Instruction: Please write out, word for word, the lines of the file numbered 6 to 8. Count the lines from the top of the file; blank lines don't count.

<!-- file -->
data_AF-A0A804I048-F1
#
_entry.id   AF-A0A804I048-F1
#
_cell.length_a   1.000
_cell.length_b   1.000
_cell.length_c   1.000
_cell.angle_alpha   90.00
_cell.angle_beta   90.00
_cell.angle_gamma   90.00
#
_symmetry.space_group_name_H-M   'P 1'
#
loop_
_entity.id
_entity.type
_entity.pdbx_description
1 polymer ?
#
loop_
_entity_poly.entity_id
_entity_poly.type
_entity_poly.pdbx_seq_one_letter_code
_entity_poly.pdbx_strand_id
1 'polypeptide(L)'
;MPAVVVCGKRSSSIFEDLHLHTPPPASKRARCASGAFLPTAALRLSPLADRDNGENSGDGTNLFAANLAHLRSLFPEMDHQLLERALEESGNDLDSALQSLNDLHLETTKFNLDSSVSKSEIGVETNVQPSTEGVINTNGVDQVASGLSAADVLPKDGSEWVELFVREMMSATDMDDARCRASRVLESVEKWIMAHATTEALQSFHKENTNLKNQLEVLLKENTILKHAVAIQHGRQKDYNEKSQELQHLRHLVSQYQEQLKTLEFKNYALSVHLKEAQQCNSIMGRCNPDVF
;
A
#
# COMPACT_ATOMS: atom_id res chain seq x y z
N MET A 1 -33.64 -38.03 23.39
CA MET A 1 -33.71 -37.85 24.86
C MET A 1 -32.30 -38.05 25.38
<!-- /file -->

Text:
_cell.length_b   1.000
_cell.length_c   1.000
_cell.angle_alpha   90.00